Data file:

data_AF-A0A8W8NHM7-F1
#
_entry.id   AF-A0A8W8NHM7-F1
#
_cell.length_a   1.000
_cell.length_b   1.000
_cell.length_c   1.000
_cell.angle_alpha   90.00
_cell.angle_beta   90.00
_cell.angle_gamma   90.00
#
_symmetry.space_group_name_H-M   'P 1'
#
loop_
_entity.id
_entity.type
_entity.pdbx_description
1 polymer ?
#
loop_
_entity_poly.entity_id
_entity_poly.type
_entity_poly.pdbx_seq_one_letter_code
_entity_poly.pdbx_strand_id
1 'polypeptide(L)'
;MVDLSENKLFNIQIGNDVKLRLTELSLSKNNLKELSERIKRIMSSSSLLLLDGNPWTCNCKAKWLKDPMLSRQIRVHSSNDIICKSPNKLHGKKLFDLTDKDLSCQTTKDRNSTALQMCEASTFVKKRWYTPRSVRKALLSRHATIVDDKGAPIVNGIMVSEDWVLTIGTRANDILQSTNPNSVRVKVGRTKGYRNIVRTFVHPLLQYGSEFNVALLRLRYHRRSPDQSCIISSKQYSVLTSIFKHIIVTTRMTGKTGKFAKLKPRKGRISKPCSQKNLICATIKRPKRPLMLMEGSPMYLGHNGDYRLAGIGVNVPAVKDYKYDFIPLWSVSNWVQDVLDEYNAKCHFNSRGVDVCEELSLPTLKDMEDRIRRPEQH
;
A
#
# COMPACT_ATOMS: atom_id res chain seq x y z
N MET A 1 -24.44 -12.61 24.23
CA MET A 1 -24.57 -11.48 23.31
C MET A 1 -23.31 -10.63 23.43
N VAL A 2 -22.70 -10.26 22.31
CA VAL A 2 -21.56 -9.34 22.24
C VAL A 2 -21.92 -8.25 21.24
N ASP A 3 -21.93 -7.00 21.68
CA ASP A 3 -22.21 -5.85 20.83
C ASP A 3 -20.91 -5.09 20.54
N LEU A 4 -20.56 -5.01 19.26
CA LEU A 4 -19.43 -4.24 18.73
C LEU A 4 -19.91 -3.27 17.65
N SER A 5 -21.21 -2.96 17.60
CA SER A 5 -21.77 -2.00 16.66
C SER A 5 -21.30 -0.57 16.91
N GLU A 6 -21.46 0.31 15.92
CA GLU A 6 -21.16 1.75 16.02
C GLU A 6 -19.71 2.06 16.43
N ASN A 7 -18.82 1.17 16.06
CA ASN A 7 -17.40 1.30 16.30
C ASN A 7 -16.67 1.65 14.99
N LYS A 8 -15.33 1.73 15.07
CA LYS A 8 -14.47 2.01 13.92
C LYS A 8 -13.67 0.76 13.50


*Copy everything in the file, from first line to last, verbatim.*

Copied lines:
data_AF-A0A8W8NHM7-F1
#
_entry.id   AF-A0A8W8NHM7-F1
#
_cell.length_a   1.000
_cell.length_b   1.000
_cell.length_c   1.000
_cell.angle_alpha   90.00
_cell.angle_beta   90.00
_cell.angle_gamma   90.00
#
_symmetry.space_group_name_H-M   'P 1'
#
loop_
_entity.id
_entity.type
_entity.pdbx_description
1 polymer ?
#
loop_
_entity_poly.entity_id
_entity_poly.type
_entity_poly.pdbx_seq_one_letter_code
_entity_poly.pdbx_strand_id
1 'polypeptide(L)'
;MVDLSENKLFNIQIGNDVKLRLTELSLSKNNLKELSERIKRIMSSSSLLLLDGNPWTCNCKAKWLKDPMLSRQIRVHSSNDIICKSPNKLHGKKLFDLTDKDLSCQTTKDRNSTALQMCEASTFVKKRWYTPRSVRKALLSRHATIVDDKGAPIVNGIMVSEDWVLTIGTRANDILQSTNPNSVRVKVGRTKGYRNIVRTFVHPLLQYGSEFNVALLRLRYHRRSPDQSCIISSKQYSVLTSIFKHIIVTTRMTGKTGKFAKLKPRKGRISKPCSQKNLICATIKRPKRPLMLMEGSPMYLGHNGDYRLAGIGVNVPAVKDYKYDFIPLWSVSNWVQDVLDEYNAKCHFNSRGVDVCEELSLPTLKDMEDRIRRPEQH
;
A
#
# COMPACT_ATOMS: atom_id res chain seq x y z
N MET A 1 -24.44 -12.61 24.23
CA MET A 1 -24.57 -11.48 23.31
C MET A 1 -23.31 -10.63 23.43
N VAL A 2 -22.70 -10.26 22.31
CA VAL A 2 -21.56 -9.34 22.24
C VAL A 2 -21.92 -8.25 21.24
N ASP A 3 -21.93 -7.00 21.68
CA ASP A 3 -22.21 -5.85 20.83
C ASP A 3 -20.91 -5.09 20.54
N LEU A 4 -20.56 -5.01 19.26
CA LEU A 4 -19.43 -4.24 18.73
C LEU A 4 -19.91 -3.27 17.65
N SER A 5 -21.21 -2.96 17.60
CA SER A 5 -21.77 -2.00 16.66
C SER A 5 -21.30 -0.57 16.91
N GLU A 6 -21.46 0.31 15.92
CA GLU A 6 -21.16 1.75 16.02
C GLU A 6 -19.71 2.06 16.43
N ASN A 7 -18.82 1.17 16.06
CA ASN A 7 -17.40 1.30 16.30
C ASN A 7 -16.67 1.65 14.99
N LYS A 8 -15.33 1.73 15.07
CA LYS A 8 -14.47 2.01 13.92
C LYS A 8 -13.67 0.76 13.50